Hong Kong’s Johnnie To is one of a handful of living filmmakers capable of working in any genre—from frothy romantic comedies to dead-serious crime epics—while maintaining a complete consistency of theme and style. It’s not that To is exceptionally flexible; rather, his worldview and visual sensibility are so well developed that they can be applied to any subject. His fascination with exchanges—of everything from favors to hard currency—and interest in group dynamics make for consistently complex drama.
Drug War (Cuoc Chien A Phien) belongs to a subgenre that’s particular to To: crime movies that blend real-world details with oddball characters and narrative left turns, resulting in something that feels both realistic and heightened. Set in the mainland city of Jinhai. Drug War follows a group of narcotics agents who score a big break when they arrest Louis Koo. A Cantonese meth supplier. Faced with the possibility of the death penalty under China’s strict drug laws. Koo becomes an informant for the police, offering them an even bigger break in exchange for clemency: the chance to nab his boss.
The rest of the movie is a deftly staged series of ruses and double-crosses, with Koo trying to stay one step ahead of head cop Sun Honglei even as he feeds him information. Typical of To, eccentric touches—a meth lab run by deaf-mute brothers, for instance—deepen, rather than undercut, the suspense; one tense high point finds the straight-arrow Sun impersonating two different drug dealers—one an intensely scary cokehead, the other a flamboyant and gregarious show-off—in order to derail their meeting.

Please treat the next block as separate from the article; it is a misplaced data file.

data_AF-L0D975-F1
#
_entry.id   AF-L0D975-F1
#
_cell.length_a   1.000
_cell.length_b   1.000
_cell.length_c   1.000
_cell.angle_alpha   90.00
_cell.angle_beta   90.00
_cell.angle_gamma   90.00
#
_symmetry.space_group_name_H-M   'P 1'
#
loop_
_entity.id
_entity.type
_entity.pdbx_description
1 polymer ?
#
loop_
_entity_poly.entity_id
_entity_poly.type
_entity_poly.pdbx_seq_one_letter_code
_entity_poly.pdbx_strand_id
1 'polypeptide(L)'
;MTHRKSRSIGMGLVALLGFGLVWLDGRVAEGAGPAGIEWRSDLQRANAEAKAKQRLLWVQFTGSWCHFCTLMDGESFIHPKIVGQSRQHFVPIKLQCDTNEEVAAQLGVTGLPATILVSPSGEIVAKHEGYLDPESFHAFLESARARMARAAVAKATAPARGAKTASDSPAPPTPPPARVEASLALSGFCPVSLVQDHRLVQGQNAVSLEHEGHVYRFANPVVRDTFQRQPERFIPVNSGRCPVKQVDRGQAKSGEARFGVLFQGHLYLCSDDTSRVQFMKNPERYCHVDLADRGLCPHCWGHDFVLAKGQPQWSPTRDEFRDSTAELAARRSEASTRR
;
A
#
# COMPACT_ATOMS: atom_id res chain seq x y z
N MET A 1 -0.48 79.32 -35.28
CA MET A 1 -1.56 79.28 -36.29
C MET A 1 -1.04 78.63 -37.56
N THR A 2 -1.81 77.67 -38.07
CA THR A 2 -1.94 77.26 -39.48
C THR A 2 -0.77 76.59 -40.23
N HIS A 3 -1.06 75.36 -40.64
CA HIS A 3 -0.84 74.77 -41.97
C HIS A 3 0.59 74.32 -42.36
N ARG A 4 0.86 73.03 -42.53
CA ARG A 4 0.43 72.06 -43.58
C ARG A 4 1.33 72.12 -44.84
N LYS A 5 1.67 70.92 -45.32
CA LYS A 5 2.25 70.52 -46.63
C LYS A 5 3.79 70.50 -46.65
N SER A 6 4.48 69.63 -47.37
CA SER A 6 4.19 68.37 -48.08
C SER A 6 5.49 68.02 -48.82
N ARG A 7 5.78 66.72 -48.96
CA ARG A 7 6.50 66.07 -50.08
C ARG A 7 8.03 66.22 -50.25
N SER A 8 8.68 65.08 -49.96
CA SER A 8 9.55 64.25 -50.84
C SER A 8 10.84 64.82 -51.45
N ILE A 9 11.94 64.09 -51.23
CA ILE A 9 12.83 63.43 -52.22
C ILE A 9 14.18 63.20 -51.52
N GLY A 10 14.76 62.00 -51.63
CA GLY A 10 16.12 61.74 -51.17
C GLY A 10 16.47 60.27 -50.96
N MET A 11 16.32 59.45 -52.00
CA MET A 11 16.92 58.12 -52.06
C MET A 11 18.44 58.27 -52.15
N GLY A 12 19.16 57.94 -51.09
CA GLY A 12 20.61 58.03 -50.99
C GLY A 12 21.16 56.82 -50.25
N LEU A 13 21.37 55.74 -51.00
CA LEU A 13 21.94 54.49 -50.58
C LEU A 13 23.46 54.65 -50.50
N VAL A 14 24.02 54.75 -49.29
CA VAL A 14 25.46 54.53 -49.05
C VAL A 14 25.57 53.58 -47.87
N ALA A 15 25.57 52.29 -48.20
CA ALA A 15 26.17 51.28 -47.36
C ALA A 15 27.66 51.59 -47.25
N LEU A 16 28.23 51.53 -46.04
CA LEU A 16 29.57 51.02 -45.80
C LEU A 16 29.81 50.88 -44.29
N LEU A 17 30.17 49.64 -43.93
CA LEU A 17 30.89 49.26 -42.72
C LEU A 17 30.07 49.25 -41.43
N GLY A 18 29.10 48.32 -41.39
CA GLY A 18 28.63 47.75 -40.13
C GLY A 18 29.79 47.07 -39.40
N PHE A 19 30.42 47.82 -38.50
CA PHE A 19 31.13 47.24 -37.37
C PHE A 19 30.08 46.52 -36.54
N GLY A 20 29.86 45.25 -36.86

Much of To’s recent work shares a common thread with the later films of Steven Soderbergh—a fascination with what could loosely be called “market forces,” economic movements that alternately control the characters and give them power. So Drug War brings to mind Soderbergh’s recent Side Effects, a film defined by similar changes in perspective and genre. However, while Side Effects is best at its midpoint. Before the viewer has really figured out what kind of movie it is. Drug War (phim hinh su xa hoi den) becomes both weightier and more playful with each transition, building to a harrowing finale.
Manufacturing just fifty grams of meth in China will earn you a death sentence. And Timmy Choi (Louis Koo) has manufactured tons of it. After a violent lab accident, he’s in the custody of Captain Zhang (Sun Honglei), and now he has only one chance to avoid execution: turn informant and help Zhang’s undercover team take down the powerful cartel he’s been cooking for. But as the uneasy allies are forced to compress months of police work into just 72 sleepless hours, the increasingly desperate police are quickly stretched past their limits. As things spin wildly out of control, the line between duty and recklessness is blurred. And it becomes unclear whether the cop or the criminal truly has the upper hand. (c) Variance
Rating: R (for strong violence, drug content and language)
Genre: Art House & International, Special Interest
Directed By: Johnnie To
Written By: Ka-Fai Wai, Nai-Hoi Yau, Ryker Chan, Yau Nai-Hoi, Yu Xi
In Theaters: Jul 26, 2013 Limited
On Disc/Streaming: Oct 29, 2013
Box Office: $66,221
Runtime: 105 minutes
Studio: Variance Films